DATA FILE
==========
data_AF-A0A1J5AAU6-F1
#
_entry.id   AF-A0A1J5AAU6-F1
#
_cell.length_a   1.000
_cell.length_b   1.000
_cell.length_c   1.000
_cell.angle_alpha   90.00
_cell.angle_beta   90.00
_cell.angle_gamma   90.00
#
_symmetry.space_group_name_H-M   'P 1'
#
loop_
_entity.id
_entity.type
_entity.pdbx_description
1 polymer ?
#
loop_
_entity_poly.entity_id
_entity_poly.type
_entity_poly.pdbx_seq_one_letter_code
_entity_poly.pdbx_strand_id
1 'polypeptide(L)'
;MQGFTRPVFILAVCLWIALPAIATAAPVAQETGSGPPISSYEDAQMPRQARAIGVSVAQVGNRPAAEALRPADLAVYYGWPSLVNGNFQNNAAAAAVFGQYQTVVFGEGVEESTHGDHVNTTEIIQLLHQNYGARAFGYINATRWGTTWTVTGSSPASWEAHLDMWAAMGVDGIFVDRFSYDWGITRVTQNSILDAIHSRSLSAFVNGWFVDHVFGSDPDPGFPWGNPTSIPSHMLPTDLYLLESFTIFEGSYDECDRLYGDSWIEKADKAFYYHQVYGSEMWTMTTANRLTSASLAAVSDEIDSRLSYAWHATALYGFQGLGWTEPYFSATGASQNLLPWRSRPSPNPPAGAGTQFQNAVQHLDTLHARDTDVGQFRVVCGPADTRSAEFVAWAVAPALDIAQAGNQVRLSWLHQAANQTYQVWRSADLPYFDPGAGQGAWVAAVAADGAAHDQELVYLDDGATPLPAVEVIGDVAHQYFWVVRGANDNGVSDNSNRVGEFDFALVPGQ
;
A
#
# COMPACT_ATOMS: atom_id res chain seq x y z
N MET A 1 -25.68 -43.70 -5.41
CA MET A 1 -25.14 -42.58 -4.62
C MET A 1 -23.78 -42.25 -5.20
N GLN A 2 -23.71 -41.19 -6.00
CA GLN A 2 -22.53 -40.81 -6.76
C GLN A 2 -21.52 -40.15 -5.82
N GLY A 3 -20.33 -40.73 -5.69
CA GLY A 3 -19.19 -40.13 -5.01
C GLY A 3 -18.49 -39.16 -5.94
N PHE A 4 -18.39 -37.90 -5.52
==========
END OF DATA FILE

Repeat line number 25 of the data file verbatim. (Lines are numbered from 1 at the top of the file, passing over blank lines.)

1 'polypeptide(L)'